What are my rights if I am 8 months pregnant got fired but not for lack of job performance?

I have worked for a large trucking company for the past 3 years. I started at an entry level position and within 2 years, was promoted to General Manager. When I was promoted to GM I was 10 weeks pregnant and my employer was made aware at the time of my promotion. I am now due to deliver my child in less than a month. A few months ago, my doctor placed me on restriction. I can no longer lift more than 25 pounds or work more than 50 hours per week. My employer fired me since they state I should be working more than 60 hours per week and I am not able to lift the diesel truck tires during my late stage of pregnancy. These tires weigh anywhere from 50-75 pounds, depending on the brand. My employer stated that my doctor’s notes were not sufficient enough documentation. My store is grossly understaffed and my employer will not approve additional staff. My employer made no effort to accommodate my pregnancy.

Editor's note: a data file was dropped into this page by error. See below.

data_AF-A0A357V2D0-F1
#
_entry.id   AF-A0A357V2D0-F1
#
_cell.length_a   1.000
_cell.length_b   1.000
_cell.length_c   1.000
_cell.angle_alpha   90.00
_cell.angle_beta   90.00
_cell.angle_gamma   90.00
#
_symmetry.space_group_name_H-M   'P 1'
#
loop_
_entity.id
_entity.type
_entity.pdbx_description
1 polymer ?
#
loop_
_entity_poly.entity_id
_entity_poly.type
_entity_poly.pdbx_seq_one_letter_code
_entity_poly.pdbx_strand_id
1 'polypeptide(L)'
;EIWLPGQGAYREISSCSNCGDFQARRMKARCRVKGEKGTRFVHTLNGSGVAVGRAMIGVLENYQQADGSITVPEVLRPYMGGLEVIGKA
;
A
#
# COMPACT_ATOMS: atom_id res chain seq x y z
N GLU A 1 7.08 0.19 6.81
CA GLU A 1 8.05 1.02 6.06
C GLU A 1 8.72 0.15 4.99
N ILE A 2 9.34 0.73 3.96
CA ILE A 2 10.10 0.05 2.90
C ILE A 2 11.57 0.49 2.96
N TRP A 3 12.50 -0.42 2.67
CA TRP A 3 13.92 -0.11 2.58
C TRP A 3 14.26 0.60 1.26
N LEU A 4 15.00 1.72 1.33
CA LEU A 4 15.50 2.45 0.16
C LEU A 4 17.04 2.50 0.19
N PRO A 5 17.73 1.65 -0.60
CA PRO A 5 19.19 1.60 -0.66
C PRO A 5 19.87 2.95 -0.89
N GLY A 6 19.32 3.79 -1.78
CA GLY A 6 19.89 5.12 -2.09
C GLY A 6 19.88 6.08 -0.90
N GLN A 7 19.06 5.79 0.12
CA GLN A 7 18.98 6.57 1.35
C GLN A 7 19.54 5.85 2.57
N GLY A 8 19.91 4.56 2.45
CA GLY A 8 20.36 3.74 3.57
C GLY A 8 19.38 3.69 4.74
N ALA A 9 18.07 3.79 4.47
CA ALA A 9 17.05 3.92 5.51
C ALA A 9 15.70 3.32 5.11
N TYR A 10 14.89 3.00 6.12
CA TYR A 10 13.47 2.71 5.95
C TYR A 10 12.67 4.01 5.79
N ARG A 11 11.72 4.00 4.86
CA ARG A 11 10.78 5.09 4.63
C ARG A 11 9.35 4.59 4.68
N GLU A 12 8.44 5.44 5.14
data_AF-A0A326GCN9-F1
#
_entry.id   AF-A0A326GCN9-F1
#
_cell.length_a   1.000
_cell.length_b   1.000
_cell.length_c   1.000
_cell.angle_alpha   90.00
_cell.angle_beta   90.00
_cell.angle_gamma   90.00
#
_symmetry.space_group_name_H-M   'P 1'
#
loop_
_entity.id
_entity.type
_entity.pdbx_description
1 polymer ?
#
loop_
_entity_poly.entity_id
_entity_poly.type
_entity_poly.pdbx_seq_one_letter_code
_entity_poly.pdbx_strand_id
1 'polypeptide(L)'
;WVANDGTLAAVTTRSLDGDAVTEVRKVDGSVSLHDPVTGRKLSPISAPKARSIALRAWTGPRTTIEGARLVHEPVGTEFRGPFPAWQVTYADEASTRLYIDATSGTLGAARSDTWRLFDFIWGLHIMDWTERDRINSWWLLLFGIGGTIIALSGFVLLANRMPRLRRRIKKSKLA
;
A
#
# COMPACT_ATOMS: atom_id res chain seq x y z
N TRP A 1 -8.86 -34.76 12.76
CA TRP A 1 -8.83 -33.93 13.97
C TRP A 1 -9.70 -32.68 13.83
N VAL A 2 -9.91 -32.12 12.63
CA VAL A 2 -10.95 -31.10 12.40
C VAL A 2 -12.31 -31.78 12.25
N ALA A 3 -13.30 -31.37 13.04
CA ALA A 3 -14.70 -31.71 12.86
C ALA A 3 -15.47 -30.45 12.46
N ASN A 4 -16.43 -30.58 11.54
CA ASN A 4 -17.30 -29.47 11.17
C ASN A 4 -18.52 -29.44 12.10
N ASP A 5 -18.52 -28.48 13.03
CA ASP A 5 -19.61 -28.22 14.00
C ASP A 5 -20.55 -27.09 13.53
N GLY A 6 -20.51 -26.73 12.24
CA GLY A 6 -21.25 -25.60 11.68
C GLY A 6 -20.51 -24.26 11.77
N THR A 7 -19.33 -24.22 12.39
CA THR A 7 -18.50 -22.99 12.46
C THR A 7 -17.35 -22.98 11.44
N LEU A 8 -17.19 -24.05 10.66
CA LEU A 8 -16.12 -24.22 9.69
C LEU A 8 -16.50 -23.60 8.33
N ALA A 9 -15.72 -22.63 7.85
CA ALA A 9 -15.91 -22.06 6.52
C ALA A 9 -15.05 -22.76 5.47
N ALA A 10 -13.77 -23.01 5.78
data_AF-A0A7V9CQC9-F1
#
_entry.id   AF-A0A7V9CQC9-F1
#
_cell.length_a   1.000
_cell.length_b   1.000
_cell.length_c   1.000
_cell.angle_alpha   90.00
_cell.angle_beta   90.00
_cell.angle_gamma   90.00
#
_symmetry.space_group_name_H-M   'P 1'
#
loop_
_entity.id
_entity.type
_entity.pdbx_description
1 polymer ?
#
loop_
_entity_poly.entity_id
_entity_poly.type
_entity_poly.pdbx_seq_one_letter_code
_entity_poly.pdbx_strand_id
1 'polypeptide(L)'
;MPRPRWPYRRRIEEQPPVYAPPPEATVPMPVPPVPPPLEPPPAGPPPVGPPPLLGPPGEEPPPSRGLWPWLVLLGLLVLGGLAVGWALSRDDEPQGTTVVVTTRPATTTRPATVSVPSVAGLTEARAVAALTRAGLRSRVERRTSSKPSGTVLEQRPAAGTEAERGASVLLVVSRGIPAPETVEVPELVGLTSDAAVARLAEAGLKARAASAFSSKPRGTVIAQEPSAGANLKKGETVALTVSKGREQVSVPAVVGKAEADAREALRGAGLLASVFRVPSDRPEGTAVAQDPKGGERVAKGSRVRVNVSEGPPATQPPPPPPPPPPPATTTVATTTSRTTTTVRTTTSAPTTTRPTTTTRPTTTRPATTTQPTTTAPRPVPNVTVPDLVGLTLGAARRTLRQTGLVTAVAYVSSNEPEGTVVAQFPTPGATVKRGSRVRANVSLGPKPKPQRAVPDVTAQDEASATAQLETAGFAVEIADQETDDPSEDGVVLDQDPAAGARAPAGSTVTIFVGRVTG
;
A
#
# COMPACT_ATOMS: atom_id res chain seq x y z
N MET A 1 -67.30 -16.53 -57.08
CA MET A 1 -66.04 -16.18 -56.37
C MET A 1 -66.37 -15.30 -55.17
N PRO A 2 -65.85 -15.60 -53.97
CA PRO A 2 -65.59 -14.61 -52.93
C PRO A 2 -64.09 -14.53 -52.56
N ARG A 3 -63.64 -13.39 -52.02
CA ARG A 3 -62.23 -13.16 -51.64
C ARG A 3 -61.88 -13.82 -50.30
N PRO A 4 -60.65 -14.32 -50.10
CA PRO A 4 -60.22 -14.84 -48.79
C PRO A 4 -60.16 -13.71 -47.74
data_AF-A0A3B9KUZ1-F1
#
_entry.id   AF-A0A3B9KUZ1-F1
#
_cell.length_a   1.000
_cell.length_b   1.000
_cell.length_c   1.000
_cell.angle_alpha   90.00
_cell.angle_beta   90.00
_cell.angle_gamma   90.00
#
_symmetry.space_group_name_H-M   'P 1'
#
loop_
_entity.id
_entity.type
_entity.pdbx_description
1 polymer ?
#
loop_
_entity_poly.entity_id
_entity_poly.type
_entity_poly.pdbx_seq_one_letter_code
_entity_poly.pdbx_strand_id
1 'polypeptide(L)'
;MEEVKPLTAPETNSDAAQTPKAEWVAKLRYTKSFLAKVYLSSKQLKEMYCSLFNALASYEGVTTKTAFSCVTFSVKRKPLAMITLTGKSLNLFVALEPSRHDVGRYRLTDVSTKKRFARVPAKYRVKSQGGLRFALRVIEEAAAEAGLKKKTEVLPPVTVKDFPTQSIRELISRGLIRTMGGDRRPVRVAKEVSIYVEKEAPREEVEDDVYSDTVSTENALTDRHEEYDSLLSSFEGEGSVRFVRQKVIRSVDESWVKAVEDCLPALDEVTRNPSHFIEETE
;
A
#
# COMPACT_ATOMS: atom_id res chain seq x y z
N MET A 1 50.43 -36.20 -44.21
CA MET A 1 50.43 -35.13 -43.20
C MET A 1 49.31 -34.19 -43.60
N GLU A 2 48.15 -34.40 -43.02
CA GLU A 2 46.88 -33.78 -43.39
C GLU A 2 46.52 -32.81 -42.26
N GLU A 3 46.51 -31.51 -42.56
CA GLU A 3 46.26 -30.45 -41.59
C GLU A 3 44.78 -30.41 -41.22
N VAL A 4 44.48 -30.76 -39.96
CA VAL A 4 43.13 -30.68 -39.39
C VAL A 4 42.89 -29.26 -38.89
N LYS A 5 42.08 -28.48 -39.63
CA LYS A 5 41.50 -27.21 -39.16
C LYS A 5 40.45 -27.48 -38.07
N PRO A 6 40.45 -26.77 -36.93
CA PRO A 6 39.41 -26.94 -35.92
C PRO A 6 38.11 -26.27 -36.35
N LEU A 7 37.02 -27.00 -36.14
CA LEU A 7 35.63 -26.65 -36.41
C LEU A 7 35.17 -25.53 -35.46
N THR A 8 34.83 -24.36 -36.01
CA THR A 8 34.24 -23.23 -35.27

Asked on September 1, 2016 under Employment Labor Law, Colorado


SJZ, Member, New York Bar / FreeAdvice Contributing Attorney

Answered 4 years ago | Contributor

The issue is whether they could accommodate you--and accommodation does not require them to hire additional staff to do your job. If due to the nature of your job and the business, they need people to work 50+ hours and you, in your position, to lift 50+ lb weights, then if you can't do those things, they may terminate you: accommodation involves making changes to policy or procedures that let you do your existing job, but if you simply can't do your job, the employer does not need to accommodate you by letting you work less, or hiring someone else to help out, or creating some new job for you that doesn't involve lifting.
Only if reasonably, the employer could have, without too much disruption or cost, have juggled or reassigned the schedules and duties of the existing staff as to accommodate your restrictions, would their failure to do so potentially be illegal. If you believe that was the case, contact the federal EEOC or your state's equal/civil rights agency to file a complaint.

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